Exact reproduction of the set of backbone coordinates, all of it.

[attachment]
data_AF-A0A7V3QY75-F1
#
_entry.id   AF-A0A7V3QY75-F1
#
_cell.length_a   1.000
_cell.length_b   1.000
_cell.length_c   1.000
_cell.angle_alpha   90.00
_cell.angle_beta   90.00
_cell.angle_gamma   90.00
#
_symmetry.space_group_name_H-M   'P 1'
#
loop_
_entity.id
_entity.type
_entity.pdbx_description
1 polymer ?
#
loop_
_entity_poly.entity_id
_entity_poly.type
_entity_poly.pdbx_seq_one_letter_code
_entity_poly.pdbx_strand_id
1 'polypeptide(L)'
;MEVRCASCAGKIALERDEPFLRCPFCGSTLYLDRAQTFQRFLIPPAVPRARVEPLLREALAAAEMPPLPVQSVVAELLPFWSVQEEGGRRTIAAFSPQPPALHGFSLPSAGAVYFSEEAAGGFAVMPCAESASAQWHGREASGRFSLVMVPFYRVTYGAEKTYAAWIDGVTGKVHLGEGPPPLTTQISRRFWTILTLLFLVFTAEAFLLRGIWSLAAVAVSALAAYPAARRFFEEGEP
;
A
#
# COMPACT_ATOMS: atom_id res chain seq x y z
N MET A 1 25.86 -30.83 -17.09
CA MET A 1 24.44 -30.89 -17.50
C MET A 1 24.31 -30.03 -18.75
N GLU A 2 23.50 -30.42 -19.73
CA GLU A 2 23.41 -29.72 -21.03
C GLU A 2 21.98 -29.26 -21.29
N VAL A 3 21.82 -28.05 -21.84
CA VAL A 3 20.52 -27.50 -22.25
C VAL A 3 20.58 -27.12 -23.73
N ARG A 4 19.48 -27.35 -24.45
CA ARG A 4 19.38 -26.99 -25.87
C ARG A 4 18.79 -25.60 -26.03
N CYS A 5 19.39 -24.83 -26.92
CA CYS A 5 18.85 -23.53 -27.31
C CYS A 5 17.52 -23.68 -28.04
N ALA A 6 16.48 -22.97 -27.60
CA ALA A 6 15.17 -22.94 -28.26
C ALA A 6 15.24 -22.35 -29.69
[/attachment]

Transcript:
data_AF-A0A7V3QY75-F1
#
_entry.id   AF-A0A7V3QY75-F1
#
_cell.length_a   1.000
_cell.length_b   1.000
_cell.length_c   1.000
_cell.angle_alpha   90.00
_cell.angle_beta   90.00
_cell.angle_gamma   90.00
#
_symmetry.space_group_name_H-M   'P 1'
#
loop_
_entity.id
_entity.type
_entity.pdbx_description
1 polymer ?
#
loop_
_entity_poly.entity_id
_entity_poly.type
_entity_poly.pdbx_seq_one_letter_code
_entity_poly.pdbx_strand_id
1 'polypeptide(L)'
;MEVRCASCAGKIALERDEPFLRCPFCGSTLYLDRAQTFQRFLIPPAVPRARVEPLLREALAAAEMPPLPVQSVVAELLPFWSVQEEGGRRTIAAFSPQPPALHGFSLPSAGAVYFSEEAAGGFAVMPCAESASAQWHGREASGRFSLVMVPFYRVTYGAEKTYAAWIDGVTGKVHLGEGPPPLTTQISRRFWTILTLLFLVFTAEAFLLRGIWSLAAVAVSALAAYPAARRFFEEGEP
;
A
#
# COMPACT_ATOMS: atom_id res chain seq x y z
N MET A 1 25.86 -30.83 -17.09
CA MET A 1 24.44 -30.89 -17.50
C MET A 1 24.31 -30.03 -18.75
N GLU A 2 23.50 -30.42 -19.73
CA GLU A 2 23.41 -29.72 -21.03
C GLU A 2 21.98 -29.26 -21.29
N VAL A 3 21.82 -28.05 -21.84
CA VAL A 3 20.52 -27.50 -22.25
C VAL A 3 20.58 -27.12 -23.73
N ARG A 4 19.48 -27.35 -24.45
CA ARG A 4 19.38 -26.99 -25.87
C ARG A 4 18.79 -25.60 -26.03
N CYS A 5 19.39 -24.83 -26.92
CA CYS A 5 18.85 -23.53 -27.31
C CYS A 5 17.52 -23.68 -28.04
N ALA A 6 16.48 -22.97 -27.60
CA ALA A 6 15.17 -22.94 -28.26
C ALA A 6 15.24 -22.35 -29.69